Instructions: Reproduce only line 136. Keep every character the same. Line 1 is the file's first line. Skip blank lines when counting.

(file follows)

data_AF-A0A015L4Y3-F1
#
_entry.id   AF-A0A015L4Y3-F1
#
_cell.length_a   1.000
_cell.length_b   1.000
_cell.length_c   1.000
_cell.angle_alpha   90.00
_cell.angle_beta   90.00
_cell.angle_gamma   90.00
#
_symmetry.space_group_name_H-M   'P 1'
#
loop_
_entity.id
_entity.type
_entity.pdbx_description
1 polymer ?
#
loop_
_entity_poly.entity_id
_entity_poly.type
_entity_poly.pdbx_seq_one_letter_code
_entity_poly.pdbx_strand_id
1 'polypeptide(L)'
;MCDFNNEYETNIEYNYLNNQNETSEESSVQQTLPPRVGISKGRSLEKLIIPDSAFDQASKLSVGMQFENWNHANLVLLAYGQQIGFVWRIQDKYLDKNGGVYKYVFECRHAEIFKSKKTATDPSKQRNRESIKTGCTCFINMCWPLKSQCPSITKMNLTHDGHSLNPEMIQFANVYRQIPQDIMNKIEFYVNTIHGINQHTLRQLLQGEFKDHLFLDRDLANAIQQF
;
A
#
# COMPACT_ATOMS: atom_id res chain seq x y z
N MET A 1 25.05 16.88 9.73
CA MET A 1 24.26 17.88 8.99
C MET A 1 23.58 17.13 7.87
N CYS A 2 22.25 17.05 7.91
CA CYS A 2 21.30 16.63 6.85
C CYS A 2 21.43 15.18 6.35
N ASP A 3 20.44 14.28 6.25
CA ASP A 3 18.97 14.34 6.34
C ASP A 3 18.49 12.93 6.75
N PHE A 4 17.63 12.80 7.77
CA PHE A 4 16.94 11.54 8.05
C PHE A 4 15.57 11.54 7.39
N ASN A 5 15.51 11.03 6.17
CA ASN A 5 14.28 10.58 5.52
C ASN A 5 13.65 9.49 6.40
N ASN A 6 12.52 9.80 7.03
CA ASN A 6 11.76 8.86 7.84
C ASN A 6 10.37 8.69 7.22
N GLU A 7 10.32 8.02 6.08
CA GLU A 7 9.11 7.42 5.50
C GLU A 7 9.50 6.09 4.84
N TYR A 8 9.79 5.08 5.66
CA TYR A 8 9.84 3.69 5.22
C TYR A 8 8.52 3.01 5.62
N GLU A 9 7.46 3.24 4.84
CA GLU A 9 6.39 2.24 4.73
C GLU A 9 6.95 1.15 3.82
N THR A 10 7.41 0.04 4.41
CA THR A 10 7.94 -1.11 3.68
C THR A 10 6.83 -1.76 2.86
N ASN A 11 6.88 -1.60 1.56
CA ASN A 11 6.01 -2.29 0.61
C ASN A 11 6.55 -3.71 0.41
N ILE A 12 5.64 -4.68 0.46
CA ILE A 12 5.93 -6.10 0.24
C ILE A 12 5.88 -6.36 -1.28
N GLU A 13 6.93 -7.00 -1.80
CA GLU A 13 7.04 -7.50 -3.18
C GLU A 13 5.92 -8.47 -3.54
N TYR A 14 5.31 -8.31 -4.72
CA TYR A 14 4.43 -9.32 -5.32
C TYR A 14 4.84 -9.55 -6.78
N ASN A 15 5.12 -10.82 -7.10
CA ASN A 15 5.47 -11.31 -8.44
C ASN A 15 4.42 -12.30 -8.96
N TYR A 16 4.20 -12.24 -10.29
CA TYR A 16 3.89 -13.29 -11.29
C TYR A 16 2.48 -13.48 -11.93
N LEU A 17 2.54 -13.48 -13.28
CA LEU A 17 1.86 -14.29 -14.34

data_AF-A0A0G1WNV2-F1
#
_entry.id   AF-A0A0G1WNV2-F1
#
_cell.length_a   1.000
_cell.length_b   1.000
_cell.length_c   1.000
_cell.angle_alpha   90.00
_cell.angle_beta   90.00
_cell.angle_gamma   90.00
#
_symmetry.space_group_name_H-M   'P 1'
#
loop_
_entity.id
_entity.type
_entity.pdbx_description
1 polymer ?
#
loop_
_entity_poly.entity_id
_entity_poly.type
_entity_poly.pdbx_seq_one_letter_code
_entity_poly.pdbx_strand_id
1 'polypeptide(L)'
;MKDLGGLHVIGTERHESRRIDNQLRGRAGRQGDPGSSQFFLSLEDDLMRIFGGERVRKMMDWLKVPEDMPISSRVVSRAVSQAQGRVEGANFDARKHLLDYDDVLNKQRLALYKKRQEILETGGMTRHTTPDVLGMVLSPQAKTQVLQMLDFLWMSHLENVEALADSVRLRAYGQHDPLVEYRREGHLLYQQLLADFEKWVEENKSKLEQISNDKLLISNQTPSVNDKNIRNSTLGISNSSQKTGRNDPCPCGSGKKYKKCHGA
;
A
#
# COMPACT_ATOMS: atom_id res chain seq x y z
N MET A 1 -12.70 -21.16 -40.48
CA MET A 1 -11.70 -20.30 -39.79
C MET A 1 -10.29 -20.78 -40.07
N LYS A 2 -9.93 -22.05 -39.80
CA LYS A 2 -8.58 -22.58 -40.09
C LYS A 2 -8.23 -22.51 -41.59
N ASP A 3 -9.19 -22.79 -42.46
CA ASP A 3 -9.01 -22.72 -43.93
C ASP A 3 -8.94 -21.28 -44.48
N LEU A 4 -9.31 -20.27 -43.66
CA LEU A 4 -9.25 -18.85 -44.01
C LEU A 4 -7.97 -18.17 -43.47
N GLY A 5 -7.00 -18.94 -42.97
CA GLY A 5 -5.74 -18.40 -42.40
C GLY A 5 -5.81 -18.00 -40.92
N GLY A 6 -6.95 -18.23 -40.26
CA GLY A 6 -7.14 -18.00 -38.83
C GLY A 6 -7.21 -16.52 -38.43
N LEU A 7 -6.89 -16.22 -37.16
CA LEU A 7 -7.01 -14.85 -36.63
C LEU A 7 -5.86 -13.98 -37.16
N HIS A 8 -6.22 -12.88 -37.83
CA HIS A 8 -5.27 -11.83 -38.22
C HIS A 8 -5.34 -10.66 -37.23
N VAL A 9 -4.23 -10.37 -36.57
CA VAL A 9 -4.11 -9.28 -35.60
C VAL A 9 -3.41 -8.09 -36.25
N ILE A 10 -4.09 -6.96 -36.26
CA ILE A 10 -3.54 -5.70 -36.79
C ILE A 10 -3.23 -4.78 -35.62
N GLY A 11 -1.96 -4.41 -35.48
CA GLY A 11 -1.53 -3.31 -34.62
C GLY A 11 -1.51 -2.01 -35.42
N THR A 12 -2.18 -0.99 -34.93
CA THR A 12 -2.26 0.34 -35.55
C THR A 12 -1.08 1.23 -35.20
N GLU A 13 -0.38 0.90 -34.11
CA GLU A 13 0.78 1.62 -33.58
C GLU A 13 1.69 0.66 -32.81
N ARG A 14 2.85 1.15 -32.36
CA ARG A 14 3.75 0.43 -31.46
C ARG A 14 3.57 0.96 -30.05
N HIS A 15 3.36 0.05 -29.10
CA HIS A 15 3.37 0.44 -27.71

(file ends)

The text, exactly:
CA VAL A 9 -4.11 -9.28 -35.60